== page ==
Learning a whole set of new management tools for cloud workloads is something no IT team wants to do. Another similar issue is maintaining two sets of management tools. As such, workload migration can become a major challenge for businesses, even if they have the money and resources to go through with it. In order to lower barriers towards cloud adoption, notable hybrid cloud stacks such as AWS Outposts, Azure Stack, Google Cloud’s Anthos and VMware Cloud are optimized for Intel® architecture5 that offers intuitive management capabilities.
In order to make things even simpler, Intel processors feature built-in telemetry that can be used to achieve closed-loop automation to orchestrate containers, optimize power consumption and streamline root cause analysis. By using the telemetry capabilities of Intel® architecture, businesses can achieve high operational and infrastructure efficiency. It also allows for proper utilization, high performance and exceptional reliability.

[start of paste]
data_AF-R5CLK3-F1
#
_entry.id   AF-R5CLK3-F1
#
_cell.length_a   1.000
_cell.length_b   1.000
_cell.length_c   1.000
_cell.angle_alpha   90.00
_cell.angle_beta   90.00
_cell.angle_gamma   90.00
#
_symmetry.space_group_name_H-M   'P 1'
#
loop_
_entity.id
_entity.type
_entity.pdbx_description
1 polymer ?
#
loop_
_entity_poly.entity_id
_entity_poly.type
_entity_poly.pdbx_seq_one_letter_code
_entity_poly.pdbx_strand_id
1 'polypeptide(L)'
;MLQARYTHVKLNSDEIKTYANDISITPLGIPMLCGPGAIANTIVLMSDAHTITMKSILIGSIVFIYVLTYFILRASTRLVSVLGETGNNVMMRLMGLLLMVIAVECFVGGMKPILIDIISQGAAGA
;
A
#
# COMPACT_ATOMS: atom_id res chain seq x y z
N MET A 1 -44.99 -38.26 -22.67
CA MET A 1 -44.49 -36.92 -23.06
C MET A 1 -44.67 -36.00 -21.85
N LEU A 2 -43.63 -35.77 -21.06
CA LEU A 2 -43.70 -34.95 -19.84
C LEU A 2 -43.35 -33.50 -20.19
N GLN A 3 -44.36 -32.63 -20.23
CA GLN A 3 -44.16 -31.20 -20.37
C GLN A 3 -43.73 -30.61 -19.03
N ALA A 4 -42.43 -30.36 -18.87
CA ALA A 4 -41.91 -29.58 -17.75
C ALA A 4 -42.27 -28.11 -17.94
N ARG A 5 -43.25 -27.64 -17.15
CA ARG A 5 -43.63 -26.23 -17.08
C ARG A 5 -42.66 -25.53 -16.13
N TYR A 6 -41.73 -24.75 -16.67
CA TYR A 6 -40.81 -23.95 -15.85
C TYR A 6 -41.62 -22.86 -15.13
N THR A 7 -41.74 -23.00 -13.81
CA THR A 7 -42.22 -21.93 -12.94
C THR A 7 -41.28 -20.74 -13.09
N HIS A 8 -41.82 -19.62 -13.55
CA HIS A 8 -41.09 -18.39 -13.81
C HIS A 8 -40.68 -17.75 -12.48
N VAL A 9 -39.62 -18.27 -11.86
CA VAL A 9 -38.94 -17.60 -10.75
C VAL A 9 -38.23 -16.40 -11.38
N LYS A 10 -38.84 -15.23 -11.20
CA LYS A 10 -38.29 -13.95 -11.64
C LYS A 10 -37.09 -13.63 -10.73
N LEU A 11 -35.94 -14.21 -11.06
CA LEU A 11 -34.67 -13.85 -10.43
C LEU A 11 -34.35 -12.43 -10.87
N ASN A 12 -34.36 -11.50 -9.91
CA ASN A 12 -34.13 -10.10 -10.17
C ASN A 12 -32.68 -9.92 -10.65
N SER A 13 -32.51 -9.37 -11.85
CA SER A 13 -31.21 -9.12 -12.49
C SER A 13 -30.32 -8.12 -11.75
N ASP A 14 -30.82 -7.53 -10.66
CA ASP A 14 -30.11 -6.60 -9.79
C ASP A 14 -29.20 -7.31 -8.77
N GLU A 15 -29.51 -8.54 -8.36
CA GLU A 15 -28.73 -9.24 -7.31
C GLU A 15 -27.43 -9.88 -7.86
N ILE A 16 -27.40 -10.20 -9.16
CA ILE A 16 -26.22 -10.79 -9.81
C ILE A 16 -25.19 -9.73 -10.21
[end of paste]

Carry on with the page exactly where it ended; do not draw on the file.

As one can clearly see, Intel’s experience and expertise in the cloud has helped it to offer consistent, predictable performance across a broad and optimized software ecosystem. It also offers top-notch performance-per-dollar as well as wide availability across multiple CSPs.
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1, 2, 5. https://www.intel.com/content/www/us/en/cloud-computing/top-reasons-for-cloud-guide.html